On Vidyarambham day, Delhiite Tamil Saraswati Rajagopalan recalls the crucial tutelage of two Malayali masters in her veena career
Her main guru’s family belonged to Koduvayur in serene east Palakkad, but it was in noisy Bombay of the 1970s that the teenager took her veena lessons from K S Narayanaswamy. These days, Saraswati Rajagopalan’s performances in Kerala find their share of audience that includes senior-generation aesthetes who even get a sense of déjà vu.
For, the instrumentalist sticks to an unostentatious style typical of the Tanjore-style veena-playing which had been popular in Kerala, courtesy Padma Bhushan Narayanaswamy, among others, of yore.
“Kerala’s classical music lovers are very discerning. Disciplined, yet open to varied sensibilities,” says Saraswati, a Delhiite for 40 years now. “I got a direct exposure to it during a long 2007 itinerary when I gave recitals at places such as Wadakanchery, Guruvayur, Irinjalakuda, Tripunithura, Muvattupuzha and Kottayam. The impression remains.”
Today, amid Vidyarambham, the musician’s cultural memories speed back to another festival. Ganesh Chaturthi was fast approaching and a band of seasoned artistes was to stage a show in their city of Bombay when Saraswati was asked to join the orchestra with her veena.
The 12-year-old passed the short-notice test: the gathering was impressed with the girl’s skills to gel with the motley music even as her notes bore a classical resonance redolent of her native south India.
Eighteen years later, in 1987, an amusing coincidence awaited Saraswati as she turned yet another leaf in life. A job she got in All India Radio, Delhi slotted her in the ensemble section called Vadya Vrinda .
That profile has enriched the musician’s eclecticism, but her tryst with the national capital is much older. “We moved to Delhi in 1973,” the artiste reveals, citing that an official transfer for her father triggered the second round of migration for the family that has roots in the Cauvery belt of down-country Tamil Nadu — the cradle of Carnatic music.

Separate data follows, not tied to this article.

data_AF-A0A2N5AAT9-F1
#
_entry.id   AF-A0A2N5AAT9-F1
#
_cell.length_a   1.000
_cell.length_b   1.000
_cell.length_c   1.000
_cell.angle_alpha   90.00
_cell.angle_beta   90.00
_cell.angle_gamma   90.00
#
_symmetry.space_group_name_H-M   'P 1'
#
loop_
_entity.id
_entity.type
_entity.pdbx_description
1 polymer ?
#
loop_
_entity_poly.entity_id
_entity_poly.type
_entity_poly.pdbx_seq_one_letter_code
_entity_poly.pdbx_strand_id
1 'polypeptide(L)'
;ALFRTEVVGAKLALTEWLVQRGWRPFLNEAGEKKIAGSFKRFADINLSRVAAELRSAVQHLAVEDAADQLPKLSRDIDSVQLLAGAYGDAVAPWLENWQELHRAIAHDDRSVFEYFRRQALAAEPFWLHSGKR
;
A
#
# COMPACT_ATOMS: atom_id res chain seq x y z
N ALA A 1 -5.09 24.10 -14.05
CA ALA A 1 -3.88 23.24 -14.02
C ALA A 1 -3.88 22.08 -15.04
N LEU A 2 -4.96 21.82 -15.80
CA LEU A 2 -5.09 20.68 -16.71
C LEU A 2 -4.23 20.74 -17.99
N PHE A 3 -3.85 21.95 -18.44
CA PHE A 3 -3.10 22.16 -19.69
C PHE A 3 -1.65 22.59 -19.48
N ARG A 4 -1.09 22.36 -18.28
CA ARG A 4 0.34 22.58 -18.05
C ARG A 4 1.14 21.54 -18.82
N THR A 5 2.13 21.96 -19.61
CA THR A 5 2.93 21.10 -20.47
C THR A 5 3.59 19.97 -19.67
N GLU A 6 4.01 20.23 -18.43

Her interaction with varied cultures, too, helped broaden Saraswati’s musical contours, not to speak of what she learned from performances in foreign countries. “Nonetheless, I have never felt the urge to fiddle with the grand features of the Tanjore school of veena,” she notes, tacitly explaining her gimmickry-free rendition that clings to curved notes and tends to replicate human-throat modulations.
Interestingly, Saraswati has had training under three veena teachers of varied styles — before she took a Masters in music at a later stage. Of them, the illustrious Narayanaswamy (1914-99) was known for his Tanjore-genre nuances, which weren’t the hallmark of the others: late T.S. Raghavan and Radhamani Sharma.
“When hands change, techniques too alter — at least subtly,” says Saraswati, who has a big pool of disciples within India and abroad. “In any case, what matters isn’t the method of the finger movement along the frets. Aesthetics is what lends individuality to a school.”
The artiste did her MA in her thirties at Delhi University, thanks to encouragement from a frontline Kerala-born violinist. Prof T N Krishnan, a native of Tripunithura south of Kochi, was then heading the varsity’s music department.
At 56 now, Saraswati continues to learn music — by listening to records of yesteryear maestros. “Lalgudi Jayaraman, M.S. Subbulakshmi, K.V. Narayanaswamy, S. Kalyanaraman, D.K. Jayaraman…. Not that I seek to reproduce them. I imbibe their spirit of beauty. I notate the compositions, and then work on them.”
Her long period of interactions with Hindustani exponents has taught Saraswati certain things basic to jugalbandi experiments. “The fellow instrumentalist should have respect for your art — and a mindset to complement; not outdo,” she says.
Zooming out, she observes that the average Westerner is fascinated by “meditative” timbre of the veena. Such global appeal has prompted Saraswati to lately embark on a mission to spread the popularity of her instrument. As a founder member of the 2007-incepted Veena Foundation, she has been playing a key role in organising a flurry of veena festivals across the country.
Its annual editions have since travelled with different team of players to other cities — Bangalore, Chennai, Kolkata, Mumbai…”